Realistically, no. You could probably get a train through Ostrava, but it really doesn't help much at all. By the time you've got it organised (and this would have to be pool petrol only bought directly from Romanian refineries - anything else would add a month) the war is almost certain to be over and you'll have alternative sources of supply arranged through occupied Germany.Yeah, but the question is whether British efforts in southern Poland can be better supplied directly from Romania without going the long way round. The *money* advantage of the Entente over the Germans was *significant* in many ways...
If anything, I suspect it would be in slightly heavier use in OTL - with the Soviets still a major threat, it makes sense for the Union government to want to reduce the criticality of their dependence on Baltic trade a bit. That probably means some sort of subsidy for the Narvik railway after the war to encourage it's use a bit.Why would it be obsolete? It's not like it was a new railroad, anyway - it was a double-tracking of an existing railroad. In @, the railroad between Kiruna and Narvik is still in heavy use today.
I've got some ideas along those lines, but they are very much half-baked. The only thing I'm sure of is that the situation hasn't come to a boil quite yet.+1. Actually, +1000.
Umm... I'm not at all convinced, actually.However, I note that if the Entente and/or the US must pick a winner in the civil war, they'll want it to be the IJN. Reason: an insane enemy is a dangerously unpredictable enemy. You'd much rather deal with a foe whose responses you understand and can plan against...and while I won't say the IJA is fanatic nutjobs all the way down that is close enough to true to be determinative.
- Fundamentally, the IJA is interested in China - everything else is secondary to this, and the OTL attacks on the outside powers (UK, US, etc.) were all about getting hold of the resources needed to support their war in China. So far as the British are concerned, whatever the Japanese are up to in China isn't worth the bones of one Brummie grenadier. The US thinks slightly differently, but fundamentally the IJA can do more or less whatever it wants in China without interference. This means there is a relatively straightforward modus vivendi with the IJA.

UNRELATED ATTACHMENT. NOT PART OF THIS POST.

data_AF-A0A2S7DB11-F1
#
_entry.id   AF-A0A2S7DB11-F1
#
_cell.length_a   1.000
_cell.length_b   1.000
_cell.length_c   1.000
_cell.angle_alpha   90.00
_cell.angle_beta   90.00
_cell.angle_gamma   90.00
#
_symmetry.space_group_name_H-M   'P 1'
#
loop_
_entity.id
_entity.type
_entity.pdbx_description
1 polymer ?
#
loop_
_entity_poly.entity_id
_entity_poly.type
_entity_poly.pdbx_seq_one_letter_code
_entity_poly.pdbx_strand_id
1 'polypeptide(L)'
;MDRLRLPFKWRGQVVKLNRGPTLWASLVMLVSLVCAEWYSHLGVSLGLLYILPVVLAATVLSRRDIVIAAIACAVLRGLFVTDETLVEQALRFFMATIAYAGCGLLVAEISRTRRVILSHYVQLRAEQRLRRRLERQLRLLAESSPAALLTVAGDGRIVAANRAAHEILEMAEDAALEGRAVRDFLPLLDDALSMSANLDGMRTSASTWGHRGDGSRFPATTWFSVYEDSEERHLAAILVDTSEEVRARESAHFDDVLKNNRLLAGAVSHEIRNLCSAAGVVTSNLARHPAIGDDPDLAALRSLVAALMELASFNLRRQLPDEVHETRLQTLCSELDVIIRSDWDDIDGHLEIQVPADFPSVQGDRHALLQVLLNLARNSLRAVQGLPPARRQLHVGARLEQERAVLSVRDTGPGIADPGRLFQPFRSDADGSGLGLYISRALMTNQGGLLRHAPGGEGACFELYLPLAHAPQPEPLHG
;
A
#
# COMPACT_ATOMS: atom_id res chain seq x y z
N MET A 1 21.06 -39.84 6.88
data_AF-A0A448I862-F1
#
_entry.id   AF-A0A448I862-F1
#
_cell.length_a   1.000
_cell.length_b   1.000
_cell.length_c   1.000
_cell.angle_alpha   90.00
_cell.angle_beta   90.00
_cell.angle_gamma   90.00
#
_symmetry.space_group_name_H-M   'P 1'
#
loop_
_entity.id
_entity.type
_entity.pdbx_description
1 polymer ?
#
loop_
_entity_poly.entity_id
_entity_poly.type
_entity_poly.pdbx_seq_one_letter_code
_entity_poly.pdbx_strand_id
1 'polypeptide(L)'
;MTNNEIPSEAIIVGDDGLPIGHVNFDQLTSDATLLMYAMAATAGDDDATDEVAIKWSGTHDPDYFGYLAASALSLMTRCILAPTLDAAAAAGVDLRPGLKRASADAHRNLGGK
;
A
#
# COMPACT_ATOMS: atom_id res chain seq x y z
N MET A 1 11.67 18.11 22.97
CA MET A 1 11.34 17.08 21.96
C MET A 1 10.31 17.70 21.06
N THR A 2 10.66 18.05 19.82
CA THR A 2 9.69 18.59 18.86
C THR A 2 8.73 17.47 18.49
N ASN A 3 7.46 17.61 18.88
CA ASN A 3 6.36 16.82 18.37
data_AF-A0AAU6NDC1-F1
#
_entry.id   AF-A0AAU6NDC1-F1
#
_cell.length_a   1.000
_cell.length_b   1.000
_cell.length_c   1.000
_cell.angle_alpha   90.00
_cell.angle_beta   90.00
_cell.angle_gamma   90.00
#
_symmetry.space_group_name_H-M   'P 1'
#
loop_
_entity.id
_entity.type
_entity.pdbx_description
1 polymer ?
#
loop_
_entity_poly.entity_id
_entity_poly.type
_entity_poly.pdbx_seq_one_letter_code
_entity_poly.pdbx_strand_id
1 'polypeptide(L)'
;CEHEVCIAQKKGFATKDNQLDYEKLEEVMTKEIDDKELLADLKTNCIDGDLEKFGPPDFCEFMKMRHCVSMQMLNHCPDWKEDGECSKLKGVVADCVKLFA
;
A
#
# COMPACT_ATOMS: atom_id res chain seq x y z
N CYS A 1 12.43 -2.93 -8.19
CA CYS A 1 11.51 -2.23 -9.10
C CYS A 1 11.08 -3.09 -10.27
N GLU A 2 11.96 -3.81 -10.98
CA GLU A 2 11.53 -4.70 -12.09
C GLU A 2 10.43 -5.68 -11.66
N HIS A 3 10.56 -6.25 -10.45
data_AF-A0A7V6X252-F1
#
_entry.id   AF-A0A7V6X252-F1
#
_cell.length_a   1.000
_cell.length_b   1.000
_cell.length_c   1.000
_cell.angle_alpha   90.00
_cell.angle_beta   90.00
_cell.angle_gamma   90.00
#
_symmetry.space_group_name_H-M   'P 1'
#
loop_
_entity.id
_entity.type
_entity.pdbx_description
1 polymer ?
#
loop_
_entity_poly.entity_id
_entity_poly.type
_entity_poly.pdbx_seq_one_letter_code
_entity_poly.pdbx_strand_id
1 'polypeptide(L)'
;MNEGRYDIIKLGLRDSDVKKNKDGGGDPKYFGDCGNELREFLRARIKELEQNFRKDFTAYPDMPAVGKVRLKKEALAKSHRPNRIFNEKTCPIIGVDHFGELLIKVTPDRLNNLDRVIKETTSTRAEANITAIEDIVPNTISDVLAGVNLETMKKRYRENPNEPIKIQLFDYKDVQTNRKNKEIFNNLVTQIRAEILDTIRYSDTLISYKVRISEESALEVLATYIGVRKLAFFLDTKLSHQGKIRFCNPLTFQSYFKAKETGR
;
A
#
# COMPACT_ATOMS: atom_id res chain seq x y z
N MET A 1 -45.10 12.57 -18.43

- The IJN is much more outward-looking, onto the Pacific in particular. Worse, they were trained by the RN who have a long tradition of gunboat diplomacy and grabbing useful islands that were lying around. This is much more likely to bring them into conflict with the British and Americans, who both have territories in the region to which they pose a threat. In particular, the Australians are going to be very nervous about an IJN-dominated Japan since they're the obvious target for a populous, resource-hungry naval power: indeed, that's exactly how Australia was formed in the first place.
Honestly, I don't particularly think that either is more sane than the other in this situation: the IJA have done a calculation that the forces opposing them in the Far East are ones they can deal with (true, so long as Germany is still fighting). However, the IJA aren't trying to fight battleships, and the IJN have looked at the forces they would be asked to fight and come to a very different conclusion. This isn't a case where one is less sane than the other - they are just looking at the forces they are respectively going to have to fight and coming to different conclusions.We on here have decided that the IJA were the crazy ones and the IJN the reasonable ones, but this is largely because we have Word of God on this, which allow us to see through their calculations and cast them in those roles.